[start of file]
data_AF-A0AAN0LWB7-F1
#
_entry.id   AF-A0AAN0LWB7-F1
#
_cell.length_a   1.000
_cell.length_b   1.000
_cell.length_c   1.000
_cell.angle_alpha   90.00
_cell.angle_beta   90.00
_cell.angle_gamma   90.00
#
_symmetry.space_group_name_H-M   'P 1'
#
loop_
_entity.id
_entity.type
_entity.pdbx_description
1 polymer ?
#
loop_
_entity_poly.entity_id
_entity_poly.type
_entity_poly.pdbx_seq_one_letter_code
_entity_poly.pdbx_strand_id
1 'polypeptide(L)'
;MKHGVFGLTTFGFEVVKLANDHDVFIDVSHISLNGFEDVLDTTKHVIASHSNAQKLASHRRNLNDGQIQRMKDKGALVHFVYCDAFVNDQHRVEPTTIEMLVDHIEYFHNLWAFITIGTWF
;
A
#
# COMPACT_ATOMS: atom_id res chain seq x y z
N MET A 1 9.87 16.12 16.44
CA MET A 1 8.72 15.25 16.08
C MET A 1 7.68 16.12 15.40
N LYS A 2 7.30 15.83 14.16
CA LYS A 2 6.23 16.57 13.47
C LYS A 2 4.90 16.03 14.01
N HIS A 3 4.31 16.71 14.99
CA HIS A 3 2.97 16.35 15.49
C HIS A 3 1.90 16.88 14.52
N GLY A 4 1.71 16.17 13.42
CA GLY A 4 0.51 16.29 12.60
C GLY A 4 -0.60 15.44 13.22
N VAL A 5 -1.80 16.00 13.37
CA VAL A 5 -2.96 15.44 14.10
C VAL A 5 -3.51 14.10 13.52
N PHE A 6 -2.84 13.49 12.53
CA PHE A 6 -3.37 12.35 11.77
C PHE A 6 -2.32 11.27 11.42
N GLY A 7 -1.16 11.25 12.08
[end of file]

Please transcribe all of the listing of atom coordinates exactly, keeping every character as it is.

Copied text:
data_AF-A0AAN0LWB7-F1
#
_entry.id   AF-A0AAN0LWB7-F1
#
_cell.length_a   1.000
_cell.length_b   1.000
_cell.length_c   1.000
_cell.angle_alpha   90.00
_cell.angle_beta   90.00
_cell.angle_gamma   90.00
#
_symmetry.space_group_name_H-M   'P 1'
#
loop_
_entity.id
_entity.type
_entity.pdbx_description
1 polymer ?
#
loop_
_entity_poly.entity_id
_entity_poly.type
_entity_poly.pdbx_seq_one_letter_code
_entity_poly.pdbx_strand_id
1 'polypeptide(L)'
;MKHGVFGLTTFGFEVVKLANDHDVFIDVSHISLNGFEDVLDTTKHVIASHSNAQKLASHRRNLNDGQIQRMKDKGALVHFVYCDAFVNDQHRVEPTTIEMLVDHIEYFHNLWAFITIGTWF
;
A
#
# COMPACT_ATOMS: atom_id res chain seq x y z
N MET A 1 9.87 16.12 16.44
CA MET A 1 8.72 15.25 16.08
C MET A 1 7.68 16.12 15.40
N LYS A 2 7.30 15.83 14.16
CA LYS A 2 6.23 16.57 13.47
C LYS A 2 4.90 16.03 14.01
N HIS A 3 4.31 16.71 14.99
CA HIS A 3 2.97 16.35 15.49
C HIS A 3 1.90 16.88 14.52
N GLY A 4 1.71 16.17 13.42
CA GLY A 4 0.51 16.29 12.60
C GLY A 4 -0.60 15.44 13.22
N VAL A 5 -1.80 16.00 13.37
CA VAL A 5 -2.96 15.44 14.10
C VAL A 5 -3.51 14.10 13.52
N PHE A 6 -2.84 13.49 12.53
CA PHE A 6 -3.37 12.35 11.77
C PHE A 6 -2.32 11.27 11.42
N GLY A 7 -1.16 11.25 12.08